To walk step by step contracts space. Consumption of distance on foot, though seemingly contrary because it takes so much longer, actually distills it in memory. This is what’s meant by taking possession.

A space may have been made by machines that dwarf our little human dimensions but distilled memory doesn’t dwell on effort. It can transcends both the grandest creations of nature and the ambitious mechanical constructions of man. The most imposing monolith is reduced to mere fact of expended labour once you’ve conquered it by simple physical exploration

In distilled memory, after the walk or recalling past journeys the largest of spaces can be traversed and encompassed at the speed of thought – truly the fastest speed there can be and, by definition, ENTIRELY relative.

Buildings, no matter their size, can be leapt in a single bound! What’s more, walking means exploring the world’s objects not in isolation but connected by your own authentic footsteps – one by one. Walking is also the ultimate babelfish of geography. It moves from new terrain to new surroundings in real time, travelling the void space inter-connections, thus rendering them non void, establishing possession on the robust foundations of completed mapspace.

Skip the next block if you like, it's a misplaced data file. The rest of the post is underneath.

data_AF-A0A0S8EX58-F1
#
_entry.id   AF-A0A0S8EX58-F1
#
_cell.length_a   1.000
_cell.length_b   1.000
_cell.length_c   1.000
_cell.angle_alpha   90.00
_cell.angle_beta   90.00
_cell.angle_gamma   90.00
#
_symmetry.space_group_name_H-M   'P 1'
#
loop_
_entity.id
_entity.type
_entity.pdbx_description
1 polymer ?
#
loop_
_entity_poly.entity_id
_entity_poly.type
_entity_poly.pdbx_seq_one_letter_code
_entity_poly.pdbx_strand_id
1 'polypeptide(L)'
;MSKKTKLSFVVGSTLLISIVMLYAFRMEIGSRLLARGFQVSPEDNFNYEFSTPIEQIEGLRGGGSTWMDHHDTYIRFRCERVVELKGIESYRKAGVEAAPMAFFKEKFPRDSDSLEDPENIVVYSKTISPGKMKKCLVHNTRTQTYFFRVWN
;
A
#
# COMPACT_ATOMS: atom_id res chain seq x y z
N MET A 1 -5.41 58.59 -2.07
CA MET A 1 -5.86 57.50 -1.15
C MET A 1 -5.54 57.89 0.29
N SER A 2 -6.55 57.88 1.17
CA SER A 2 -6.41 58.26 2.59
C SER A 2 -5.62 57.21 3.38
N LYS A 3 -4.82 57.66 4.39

This is not all.

Unlike looking at the map or postcard or enjoying the conceit of ‘being there’ by listening to anecdotes or even watching Google Street View, the walker gets to own the context too. He or she acquires real moments in time, the performances in every passing  instance, in short: the PEOPLE.

And these people are not turned to hide away, their faces blurred out in the early morning exposure, but instead move about their business unconscious of observation: existing in the space; living with it, through it, around it, in all their many splendoured banality. They say the journey is more important than the destination. If that’s true it’s because of the people; the life of fellow travellers with whom – for a little while – we share the road.